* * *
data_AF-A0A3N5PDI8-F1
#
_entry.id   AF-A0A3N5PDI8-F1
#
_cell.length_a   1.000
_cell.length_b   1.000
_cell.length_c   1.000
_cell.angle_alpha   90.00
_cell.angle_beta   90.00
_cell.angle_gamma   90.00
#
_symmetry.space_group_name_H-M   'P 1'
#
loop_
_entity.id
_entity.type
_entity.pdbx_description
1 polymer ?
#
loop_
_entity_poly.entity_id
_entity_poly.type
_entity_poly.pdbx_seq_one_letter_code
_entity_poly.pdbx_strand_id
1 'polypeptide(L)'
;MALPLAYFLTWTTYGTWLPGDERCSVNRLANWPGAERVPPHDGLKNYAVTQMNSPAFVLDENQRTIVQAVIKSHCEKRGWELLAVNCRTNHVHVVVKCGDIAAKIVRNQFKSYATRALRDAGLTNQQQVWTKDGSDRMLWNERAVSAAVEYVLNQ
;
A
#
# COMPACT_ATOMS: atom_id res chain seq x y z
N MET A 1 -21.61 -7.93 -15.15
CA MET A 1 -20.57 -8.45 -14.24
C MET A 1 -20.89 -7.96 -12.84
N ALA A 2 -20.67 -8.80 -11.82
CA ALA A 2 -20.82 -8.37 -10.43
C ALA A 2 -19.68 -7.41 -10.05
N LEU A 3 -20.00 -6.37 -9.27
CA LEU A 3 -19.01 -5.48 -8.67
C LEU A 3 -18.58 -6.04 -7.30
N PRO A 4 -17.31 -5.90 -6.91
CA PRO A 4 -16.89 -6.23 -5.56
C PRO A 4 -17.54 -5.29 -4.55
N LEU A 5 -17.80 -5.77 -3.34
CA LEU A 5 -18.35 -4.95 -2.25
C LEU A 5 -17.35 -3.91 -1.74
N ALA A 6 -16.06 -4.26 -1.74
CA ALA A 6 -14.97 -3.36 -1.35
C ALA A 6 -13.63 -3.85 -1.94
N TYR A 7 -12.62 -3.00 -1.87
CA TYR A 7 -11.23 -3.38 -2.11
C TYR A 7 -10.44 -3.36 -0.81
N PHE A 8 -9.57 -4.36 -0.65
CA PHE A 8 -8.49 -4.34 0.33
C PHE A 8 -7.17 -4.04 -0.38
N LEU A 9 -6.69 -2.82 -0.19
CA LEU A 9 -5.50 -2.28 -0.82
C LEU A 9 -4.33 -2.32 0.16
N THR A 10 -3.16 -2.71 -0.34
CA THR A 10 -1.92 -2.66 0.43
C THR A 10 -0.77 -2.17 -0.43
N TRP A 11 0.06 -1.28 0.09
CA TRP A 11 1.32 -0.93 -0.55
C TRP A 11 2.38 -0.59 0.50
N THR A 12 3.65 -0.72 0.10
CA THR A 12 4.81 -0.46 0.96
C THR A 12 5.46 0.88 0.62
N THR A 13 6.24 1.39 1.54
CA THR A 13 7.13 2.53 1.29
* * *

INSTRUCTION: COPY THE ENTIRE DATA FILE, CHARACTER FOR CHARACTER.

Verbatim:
data_AF-A0A3N5PDI8-F1
#
_entry.id   AF-A0A3N5PDI8-F1
#
_cell.length_a   1.000
_cell.length_b   1.000
_cell.length_c   1.000
_cell.angle_alpha   90.00
_cell.angle_beta   90.00
_cell.angle_gamma   90.00
#
_symmetry.space_group_name_H-M   'P 1'
#
loop_
_entity.id
_entity.type
_entity.pdbx_description
1 polymer ?
#
loop_
_entity_poly.entity_id
_entity_poly.type
_entity_poly.pdbx_seq_one_letter_code
_entity_poly.pdbx_strand_id
1 'polypeptide(L)'
;MALPLAYFLTWTTYGTWLPGDERCSVNRLANWPGAERVPPHDGLKNYAVTQMNSPAFVLDENQRTIVQAVIKSHCEKRGWELLAVNCRTNHVHVVVKCGDIAAKIVRNQFKSYATRALRDAGLTNQQQVWTKDGSDRMLWNERAVSAAVEYVLNQ
;
A
#
# COMPACT_ATOMS: atom_id res chain seq x y z
N MET A 1 -21.61 -7.93 -15.15
CA MET A 1 -20.57 -8.45 -14.24
C MET A 1 -20.89 -7.96 -12.84
N ALA A 2 -20.67 -8.80 -11.82
CA ALA A 2 -20.82 -8.37 -10.43
C ALA A 2 -19.68 -7.41 -10.05
N LEU A 3 -20.00 -6.37 -9.27
CA LEU A 3 -19.01 -5.48 -8.67
C LEU A 3 -18.58 -6.04 -7.30
N PRO A 4 -17.31 -5.90 -6.91
CA PRO A 4 -16.89 -6.23 -5.56
C PRO A 4 -17.54 -5.29 -4.55
N LEU A 5 -17.80 -5.77 -3.34
CA LEU A 5 -18.35 -4.95 -2.25
C LEU A 5 -17.35 -3.91 -1.74
N ALA A 6 -16.06 -4.26 -1.74
CA ALA A 6 -14.97 -3.36 -1.35
C ALA A 6 -13.63 -3.85 -1.94
N TYR A 7 -12.62 -3.00 -1.87
CA TYR A 7 -11.23 -3.38 -2.11
C TYR A 7 -10.44 -3.36 -0.81
N PHE A 8 -9.57 -4.36 -0.65
CA PHE A 8 -8.49 -4.34 0.33
C PHE A 8 -7.17 -4.04 -0.38
N LEU A 9 -6.69 -2.82 -0.19
CA LEU A 9 -5.50 -2.28 -0.82
C LEU A 9 -4.33 -2.32 0.16
N THR A 10 -3.16 -2.71 -0.34
CA THR A 10 -1.92 -2.66 0.43
C THR A 10 -0.77 -2.17 -0.43
N TRP A 11 0.06 -1.28 0.09
CA TRP A 11 1.32 -0.93 -0.55
C TRP A 11 2.38 -0.59 0.50
N THR A 12 3.65 -0.72 0.10
CA THR A 12 4.81 -0.46 0.96
C THR A 12 5.46 0.88 0.62
N THR A 13 6.24 1.39 1.54
CA THR A 13 7.13 2.53 1.29